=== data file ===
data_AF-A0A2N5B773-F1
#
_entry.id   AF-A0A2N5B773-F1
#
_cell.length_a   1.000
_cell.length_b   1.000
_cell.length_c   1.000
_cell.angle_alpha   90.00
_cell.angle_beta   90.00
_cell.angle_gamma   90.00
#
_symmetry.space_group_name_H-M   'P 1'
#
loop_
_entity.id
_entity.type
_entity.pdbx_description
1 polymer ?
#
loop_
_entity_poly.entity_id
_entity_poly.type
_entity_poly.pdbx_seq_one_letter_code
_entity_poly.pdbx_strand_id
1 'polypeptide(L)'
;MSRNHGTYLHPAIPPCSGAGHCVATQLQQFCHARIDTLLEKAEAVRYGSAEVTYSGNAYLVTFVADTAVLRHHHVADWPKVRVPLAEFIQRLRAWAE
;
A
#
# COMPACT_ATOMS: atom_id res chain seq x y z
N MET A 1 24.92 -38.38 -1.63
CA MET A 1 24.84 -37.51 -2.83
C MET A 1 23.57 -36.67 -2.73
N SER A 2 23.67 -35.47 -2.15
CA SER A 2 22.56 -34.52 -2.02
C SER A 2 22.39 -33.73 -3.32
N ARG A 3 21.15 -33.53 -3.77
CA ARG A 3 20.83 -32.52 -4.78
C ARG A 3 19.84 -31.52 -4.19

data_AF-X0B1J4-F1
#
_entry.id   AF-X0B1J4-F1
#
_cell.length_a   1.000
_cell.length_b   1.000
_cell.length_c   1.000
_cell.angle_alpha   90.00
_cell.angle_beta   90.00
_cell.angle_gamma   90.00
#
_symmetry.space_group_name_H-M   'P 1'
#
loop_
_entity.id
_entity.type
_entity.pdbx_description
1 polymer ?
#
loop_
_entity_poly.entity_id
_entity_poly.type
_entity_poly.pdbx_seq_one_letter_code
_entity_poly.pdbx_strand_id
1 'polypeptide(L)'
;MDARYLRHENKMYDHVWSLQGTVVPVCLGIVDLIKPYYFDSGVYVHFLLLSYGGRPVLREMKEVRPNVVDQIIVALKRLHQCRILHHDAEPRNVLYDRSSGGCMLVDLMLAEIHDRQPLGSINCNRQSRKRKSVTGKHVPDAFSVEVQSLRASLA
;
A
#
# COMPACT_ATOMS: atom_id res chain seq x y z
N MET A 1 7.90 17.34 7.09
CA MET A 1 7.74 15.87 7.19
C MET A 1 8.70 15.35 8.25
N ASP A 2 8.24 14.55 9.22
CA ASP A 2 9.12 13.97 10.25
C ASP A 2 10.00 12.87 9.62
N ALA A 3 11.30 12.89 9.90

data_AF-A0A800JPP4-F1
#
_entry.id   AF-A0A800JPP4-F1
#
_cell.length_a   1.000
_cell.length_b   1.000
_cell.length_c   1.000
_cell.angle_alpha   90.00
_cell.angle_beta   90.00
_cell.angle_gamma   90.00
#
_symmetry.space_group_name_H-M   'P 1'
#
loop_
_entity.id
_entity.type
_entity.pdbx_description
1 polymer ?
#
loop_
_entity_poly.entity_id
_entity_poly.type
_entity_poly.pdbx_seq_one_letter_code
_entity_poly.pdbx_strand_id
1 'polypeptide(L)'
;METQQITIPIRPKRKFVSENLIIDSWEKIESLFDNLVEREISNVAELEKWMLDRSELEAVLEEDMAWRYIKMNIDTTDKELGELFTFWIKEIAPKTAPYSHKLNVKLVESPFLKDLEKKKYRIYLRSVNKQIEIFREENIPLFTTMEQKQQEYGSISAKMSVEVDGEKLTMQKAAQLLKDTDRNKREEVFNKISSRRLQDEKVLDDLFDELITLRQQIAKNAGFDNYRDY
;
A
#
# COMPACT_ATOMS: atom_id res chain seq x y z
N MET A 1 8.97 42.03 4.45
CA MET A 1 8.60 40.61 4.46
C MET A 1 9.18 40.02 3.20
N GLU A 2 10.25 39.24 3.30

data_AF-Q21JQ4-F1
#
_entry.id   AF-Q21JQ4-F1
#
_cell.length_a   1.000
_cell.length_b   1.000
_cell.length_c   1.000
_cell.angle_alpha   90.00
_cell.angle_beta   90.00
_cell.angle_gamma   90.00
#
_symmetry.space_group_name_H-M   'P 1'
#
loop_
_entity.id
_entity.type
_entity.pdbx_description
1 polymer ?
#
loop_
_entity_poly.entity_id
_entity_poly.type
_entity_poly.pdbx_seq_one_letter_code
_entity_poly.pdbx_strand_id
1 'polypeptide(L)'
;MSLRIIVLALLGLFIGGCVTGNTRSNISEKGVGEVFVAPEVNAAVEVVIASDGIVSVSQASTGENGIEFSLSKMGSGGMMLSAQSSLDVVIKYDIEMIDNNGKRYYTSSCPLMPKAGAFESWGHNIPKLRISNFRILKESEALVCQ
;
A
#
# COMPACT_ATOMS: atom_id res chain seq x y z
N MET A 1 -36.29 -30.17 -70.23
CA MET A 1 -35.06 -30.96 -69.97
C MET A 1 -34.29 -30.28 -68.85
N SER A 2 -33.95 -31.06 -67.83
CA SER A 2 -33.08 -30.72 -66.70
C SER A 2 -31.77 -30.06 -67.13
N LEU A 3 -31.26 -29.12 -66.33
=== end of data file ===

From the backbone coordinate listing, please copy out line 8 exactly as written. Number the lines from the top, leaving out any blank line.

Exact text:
_cell.angle_alpha   90.00